The countdown is on to one of the biggest Week 1 matchups in college football, when LSU takes on Wisconsin in Houston on Aug. 30.
Before then, though, LSU has to settle on a quarterback. Simply put, the month of August is one of the most critical months in recent LSU football history.
Anthony Jennings, the incumbent, stepped in for Zach Mettenberger when Mettenberger tore his ACL late in the regular-season finale against Arkansas. All Jennings did was lead the Tigers on a 99-yard game-winning touchdown drive.
In his first career start, which came in the Outback Bowl against Iowa, it was a different story. He completed just 36.8 percent of his passes (7-of-19) for 82 yards, zero touchdowns and one interception. On top of that, he was sacked four times and looked incredibly indecisive in the pocket.
Those problems continued in the spring game, when he completed nine passes in 17 attempts, for one touchdown and two picks, according to stats released by LSU.
That opened the door for true freshman Brandon Harris to win the job, and he's on the brink of kicking it down based on what head coach Les Miles said in Hoover, Alabama, in July at SEC media days.
"We're a team that will expect some of these freshmen to come in and play," Miles said. "(RB) Leonard Fournette, (WR) Malachi Dupre, (LB) C.J. Garrett and (QB) Brandon Harris, to name four freshmen that we would expect to have great impact on our season."
Great impact? If you weren't on Harris' bandwagon before, that should certainly force you to re-evaluate.
What does Harris need to do to win the job during fall camp?
Find a Go-To Receiver
LSU is remarkably short on experience at wide receiver, with Travin Dural—he of seven total catches last year—coming in as their most experienced target.
Whether it's Dural—whom he hooked up with three times in the spring game—another veteran or one of the summer arrivals like 5-star stud Dupre, developing (or continuing the development) his go-to receiver is key.
Dupre could be the guy. At 6'3", 188 pounds, he presents matchup nightmares downfield against smaller defensive backs, but has the frame to become a dangerous weapons over the middle as a possession receivers.
Miles already saw what kind of upside Harris has in spring camp.
"Probably the best thing about him is he anticipates that great play," Miles said. "He has the opportunity to see it and has the arm to get it there. There's some real advantages with him."
Once he establishes that connection, the rest of the pieces of the puzzle can filter in around him. It will allow him to be more comfortable in the pocket and, more importantly, take advantage of the glaring weakness Jennings has showed during his brief stint at the starter.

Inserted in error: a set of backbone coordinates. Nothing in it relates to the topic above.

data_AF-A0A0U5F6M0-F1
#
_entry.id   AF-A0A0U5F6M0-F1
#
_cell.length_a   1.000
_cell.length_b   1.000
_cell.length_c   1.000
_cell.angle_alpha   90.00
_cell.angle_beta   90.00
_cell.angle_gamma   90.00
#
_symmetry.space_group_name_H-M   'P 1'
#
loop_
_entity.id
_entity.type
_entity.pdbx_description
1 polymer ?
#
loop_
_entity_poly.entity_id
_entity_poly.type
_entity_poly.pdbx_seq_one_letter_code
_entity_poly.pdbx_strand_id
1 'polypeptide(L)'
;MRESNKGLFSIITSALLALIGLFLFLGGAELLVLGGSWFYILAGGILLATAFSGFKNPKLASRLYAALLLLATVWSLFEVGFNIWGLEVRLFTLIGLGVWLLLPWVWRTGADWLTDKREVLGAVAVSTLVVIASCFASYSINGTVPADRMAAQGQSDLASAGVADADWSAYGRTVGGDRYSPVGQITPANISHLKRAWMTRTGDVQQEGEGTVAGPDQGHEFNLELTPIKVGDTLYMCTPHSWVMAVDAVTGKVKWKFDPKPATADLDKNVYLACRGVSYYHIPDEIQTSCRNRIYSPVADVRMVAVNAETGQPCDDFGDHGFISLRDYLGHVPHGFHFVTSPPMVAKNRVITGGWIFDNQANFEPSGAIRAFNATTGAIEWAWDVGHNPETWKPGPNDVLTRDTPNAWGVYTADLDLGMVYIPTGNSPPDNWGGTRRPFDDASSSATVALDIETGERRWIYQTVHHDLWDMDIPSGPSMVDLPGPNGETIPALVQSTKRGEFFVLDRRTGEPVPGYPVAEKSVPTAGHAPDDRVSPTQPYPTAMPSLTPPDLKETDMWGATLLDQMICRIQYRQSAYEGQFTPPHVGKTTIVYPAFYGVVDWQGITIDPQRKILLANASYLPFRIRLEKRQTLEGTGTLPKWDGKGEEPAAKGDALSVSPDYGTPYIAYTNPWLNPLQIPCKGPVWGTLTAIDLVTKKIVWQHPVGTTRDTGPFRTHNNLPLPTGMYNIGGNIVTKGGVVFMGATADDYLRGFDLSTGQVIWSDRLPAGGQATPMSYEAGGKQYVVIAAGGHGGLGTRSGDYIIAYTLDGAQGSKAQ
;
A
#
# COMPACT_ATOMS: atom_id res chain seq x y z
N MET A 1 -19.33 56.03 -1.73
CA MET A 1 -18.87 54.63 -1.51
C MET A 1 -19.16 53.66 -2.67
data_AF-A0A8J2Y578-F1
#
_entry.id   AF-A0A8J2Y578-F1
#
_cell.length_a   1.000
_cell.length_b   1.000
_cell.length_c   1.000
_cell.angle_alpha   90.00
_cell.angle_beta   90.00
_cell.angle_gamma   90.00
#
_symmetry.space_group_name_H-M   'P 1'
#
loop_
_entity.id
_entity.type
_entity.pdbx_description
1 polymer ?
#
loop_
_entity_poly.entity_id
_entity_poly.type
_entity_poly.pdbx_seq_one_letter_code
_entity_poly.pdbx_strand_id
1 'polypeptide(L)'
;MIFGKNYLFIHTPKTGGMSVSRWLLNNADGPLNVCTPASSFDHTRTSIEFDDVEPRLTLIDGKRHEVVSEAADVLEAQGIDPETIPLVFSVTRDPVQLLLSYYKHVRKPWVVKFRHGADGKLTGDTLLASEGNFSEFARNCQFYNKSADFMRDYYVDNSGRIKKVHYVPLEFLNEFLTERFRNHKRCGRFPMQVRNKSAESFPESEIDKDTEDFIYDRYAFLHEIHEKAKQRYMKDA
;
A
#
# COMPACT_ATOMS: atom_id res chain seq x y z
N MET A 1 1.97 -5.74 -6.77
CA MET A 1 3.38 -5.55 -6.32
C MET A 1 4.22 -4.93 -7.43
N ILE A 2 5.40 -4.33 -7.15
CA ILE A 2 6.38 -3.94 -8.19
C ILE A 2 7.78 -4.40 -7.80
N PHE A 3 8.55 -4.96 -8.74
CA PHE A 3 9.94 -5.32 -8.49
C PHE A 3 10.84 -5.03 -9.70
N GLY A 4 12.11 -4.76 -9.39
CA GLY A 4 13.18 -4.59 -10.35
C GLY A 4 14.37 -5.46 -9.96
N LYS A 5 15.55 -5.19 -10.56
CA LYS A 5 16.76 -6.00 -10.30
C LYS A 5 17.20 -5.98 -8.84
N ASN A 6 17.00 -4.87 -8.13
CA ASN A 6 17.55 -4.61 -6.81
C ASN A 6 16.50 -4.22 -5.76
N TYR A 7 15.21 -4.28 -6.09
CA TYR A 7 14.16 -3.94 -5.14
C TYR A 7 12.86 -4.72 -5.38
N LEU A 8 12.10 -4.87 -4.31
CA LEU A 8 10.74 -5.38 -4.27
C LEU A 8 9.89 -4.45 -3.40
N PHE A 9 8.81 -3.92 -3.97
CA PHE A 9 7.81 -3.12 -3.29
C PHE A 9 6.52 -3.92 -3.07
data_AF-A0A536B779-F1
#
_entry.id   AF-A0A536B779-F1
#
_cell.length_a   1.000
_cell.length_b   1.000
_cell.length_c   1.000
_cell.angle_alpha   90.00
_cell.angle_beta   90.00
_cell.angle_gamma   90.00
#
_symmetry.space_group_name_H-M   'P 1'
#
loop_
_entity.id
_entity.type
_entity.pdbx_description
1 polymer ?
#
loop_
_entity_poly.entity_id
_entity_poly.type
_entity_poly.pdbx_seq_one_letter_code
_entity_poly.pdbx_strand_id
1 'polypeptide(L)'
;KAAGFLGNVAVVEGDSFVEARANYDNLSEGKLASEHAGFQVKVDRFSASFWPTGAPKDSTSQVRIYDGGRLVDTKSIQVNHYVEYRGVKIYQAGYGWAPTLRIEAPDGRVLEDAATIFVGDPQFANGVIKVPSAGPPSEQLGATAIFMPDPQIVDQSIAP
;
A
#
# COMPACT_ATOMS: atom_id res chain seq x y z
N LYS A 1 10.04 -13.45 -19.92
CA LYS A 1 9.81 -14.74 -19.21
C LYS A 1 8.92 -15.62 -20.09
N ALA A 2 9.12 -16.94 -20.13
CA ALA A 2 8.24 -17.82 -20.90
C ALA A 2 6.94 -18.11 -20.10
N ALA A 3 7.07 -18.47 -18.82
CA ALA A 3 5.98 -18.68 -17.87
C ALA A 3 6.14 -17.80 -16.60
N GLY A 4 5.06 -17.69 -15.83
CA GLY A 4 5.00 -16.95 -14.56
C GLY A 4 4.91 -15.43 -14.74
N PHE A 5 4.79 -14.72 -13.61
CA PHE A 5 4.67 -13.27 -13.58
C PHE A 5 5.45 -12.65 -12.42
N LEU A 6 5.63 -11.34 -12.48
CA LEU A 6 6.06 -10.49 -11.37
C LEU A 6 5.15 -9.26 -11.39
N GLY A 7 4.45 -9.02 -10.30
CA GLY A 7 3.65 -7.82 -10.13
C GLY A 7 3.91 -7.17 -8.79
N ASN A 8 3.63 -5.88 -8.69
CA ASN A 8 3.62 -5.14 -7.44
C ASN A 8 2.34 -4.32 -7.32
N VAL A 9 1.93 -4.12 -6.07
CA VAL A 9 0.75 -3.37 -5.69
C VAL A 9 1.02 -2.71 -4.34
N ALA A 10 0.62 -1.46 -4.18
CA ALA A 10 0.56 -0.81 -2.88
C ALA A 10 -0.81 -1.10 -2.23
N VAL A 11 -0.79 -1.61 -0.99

Make Smart Decisions
LSU's offense will take on more of a dual-threat flavor this year no matter who wins the job, and whoever shows the ability to play smart will likely win the job.
This is where Harris can really distance himself from Jennings.
He needs to show the ability to come off his first option and go through his progressions in the passing game, know when to take off and run and learn to throw the ball away instead of taking sacks.
That will be key for LSU because, while it's essentially a clean slate at every skill position, the one skill position of relative strength coming in is at running back, where veterans Terrence Magee and Kenny Hilliard are holding down the fort until No. 1 overall prospect Leonard Fournette is ready to take over.
LSU needs those running backs to be in advantageous situations, and taking sacks does the opposite. If Harris can avoid those, the job should be his.
Be Dynamic On The Ground
Both Jennings and Harris are dangerous on the ground, but Harris has the ability to be more dynamic. He rushed for 77 yards and a touchdown in the spring game. Not only can he be a force with his legs downfield, but creating plays behind the line of scrimmage.
"He is a guy that has real strength," Miles said. "He's innately accurate. He's got great footwork. He can extend a play, get out of the pocket, move around."
The ability to extend plays behind the line while also posing a threat with the ball in his hands downfield will make Harris difficult to defend. Combine his ability on the ground with Magee, Hilliard and—eventually—Fournette, and LSU has the perfect recipe to weather the storm created by major roster turnover.
If the battle is equal—or even close—through the air, Harris' ability as a runner could be what ultimately wins him the job.
LSU opens camp on Aug. 4, which leaves Miles less than a month to decide on his quarterback. Don't be surprised if it's Harris.
Barrett Sallee is the lead SEC college football writer for Bleacher Report. Quotes were obtained firsthand unless otherwise noted. All stats are courtesy of CFBStats.com, and all recruiting information is courtesy of 247Sports.
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